Breasts and Buts

Breasts.

What do you immidiately picture when I say that word? Okay, I know what you picture, but what is the context?

Do you see the latest cover of a Victoria Secret magazine? Maybe a scene from the most recent movie you’ve watched? Perhaps you picture the scantily-clad girl you just passed on the street or you imagine a passage from 50 Shades of Grey.

How do these images make you feel? Do they feel normal? Natural? Sexual?

Do you picture a mother breastfeeding her baby? Did that pop into your mind at all?

Breasts and Buts

Now try this:

Imagine you’re sitting at a restaurant, enjoying a nice meal. Everyone is maintaining the utmost civility. And then, across the restaurant, a mother lifts up her shirt and brings her baby to her chest.

How do those breasts make you feel?

Natural? Normal?

What about uncomfortable Squeamish?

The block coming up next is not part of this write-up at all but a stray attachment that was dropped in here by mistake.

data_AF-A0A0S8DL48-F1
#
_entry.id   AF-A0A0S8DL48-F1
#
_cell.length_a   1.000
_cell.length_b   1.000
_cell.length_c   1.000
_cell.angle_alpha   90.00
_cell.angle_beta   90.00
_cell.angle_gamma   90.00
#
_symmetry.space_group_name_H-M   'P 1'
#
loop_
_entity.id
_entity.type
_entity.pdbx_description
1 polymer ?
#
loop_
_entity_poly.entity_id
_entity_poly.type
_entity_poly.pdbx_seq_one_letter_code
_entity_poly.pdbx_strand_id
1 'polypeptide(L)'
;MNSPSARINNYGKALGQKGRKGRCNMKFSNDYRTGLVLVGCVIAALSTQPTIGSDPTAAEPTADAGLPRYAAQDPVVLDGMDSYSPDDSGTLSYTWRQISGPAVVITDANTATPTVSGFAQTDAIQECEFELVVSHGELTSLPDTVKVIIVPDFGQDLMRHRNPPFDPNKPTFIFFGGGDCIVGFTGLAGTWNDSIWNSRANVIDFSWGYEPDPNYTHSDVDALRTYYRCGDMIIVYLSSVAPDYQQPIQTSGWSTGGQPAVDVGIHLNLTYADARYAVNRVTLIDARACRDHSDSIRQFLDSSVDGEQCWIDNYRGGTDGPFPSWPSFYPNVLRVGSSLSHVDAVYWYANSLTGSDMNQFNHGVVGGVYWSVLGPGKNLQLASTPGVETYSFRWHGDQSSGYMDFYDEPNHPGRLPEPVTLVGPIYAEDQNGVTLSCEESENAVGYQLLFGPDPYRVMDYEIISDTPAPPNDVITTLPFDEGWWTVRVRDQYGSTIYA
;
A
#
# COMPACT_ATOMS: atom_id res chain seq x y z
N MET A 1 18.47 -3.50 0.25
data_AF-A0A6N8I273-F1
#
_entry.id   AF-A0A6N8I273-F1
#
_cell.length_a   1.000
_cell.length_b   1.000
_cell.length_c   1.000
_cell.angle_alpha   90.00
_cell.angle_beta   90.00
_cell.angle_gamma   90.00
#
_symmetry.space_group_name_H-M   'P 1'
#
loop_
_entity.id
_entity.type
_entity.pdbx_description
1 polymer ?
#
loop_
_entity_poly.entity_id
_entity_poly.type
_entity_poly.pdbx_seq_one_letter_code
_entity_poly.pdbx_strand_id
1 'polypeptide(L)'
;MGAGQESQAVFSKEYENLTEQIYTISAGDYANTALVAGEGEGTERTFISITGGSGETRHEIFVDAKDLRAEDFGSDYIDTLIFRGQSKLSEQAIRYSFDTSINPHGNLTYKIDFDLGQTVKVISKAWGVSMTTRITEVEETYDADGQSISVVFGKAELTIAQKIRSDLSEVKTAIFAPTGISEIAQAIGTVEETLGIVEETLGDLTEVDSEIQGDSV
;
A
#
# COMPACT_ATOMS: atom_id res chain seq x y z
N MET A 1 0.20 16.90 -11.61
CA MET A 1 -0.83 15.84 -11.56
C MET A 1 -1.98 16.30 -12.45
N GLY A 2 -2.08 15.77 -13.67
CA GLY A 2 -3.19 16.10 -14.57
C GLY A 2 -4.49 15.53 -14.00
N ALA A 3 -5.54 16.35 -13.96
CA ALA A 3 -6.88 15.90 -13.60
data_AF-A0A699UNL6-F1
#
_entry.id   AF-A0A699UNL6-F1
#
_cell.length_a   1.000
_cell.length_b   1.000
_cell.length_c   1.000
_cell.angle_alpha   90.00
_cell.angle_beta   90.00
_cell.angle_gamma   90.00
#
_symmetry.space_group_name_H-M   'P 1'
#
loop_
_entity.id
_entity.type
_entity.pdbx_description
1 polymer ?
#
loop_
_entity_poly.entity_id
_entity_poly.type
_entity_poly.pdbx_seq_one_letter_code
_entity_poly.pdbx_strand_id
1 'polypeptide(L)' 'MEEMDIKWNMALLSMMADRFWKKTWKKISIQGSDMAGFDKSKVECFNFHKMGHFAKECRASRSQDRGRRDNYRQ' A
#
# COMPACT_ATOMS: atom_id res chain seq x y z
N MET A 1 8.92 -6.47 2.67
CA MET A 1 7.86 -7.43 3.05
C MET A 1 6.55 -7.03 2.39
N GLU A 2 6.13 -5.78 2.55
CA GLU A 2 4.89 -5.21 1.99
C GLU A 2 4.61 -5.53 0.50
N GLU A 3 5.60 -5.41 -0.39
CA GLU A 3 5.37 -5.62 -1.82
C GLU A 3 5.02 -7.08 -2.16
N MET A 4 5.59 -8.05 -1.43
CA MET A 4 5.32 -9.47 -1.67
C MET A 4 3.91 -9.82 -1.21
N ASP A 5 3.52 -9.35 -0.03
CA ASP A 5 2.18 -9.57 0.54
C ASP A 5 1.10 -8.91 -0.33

I know. If you’re reading this right now, you fully believe that you support breastfeeding. In fact, you’ll even go so far as to say that you support breastfeeding in public. If a woman believes that breastfeeding is best for both her and her baby*, she should not be forced to stay at home or encouraged to bring a bottle whenever she goes into public.

I know you believe this.

But what does “in public” mean to you?

Recently, in the city I grew up in, a vendor at the local farmer’s market was asked to cover up while breastfeeding her baby. The city had received complaints from certain market-goers who were uncomfortable with her uncovered breasts. In response, the woman organized a nurse-in, and thirty women came to the market to nurse, uncovered, to raise awareness of breastfeeding rights. The city issued an apology, but of course, everyone is talking about it.

Yesterday, the local radio show hosted a call-in about the issue of breastfeeding in public. Everyone who called began by saying that they supported breastfeeding in public. Because in this day and age, everyone believes they do.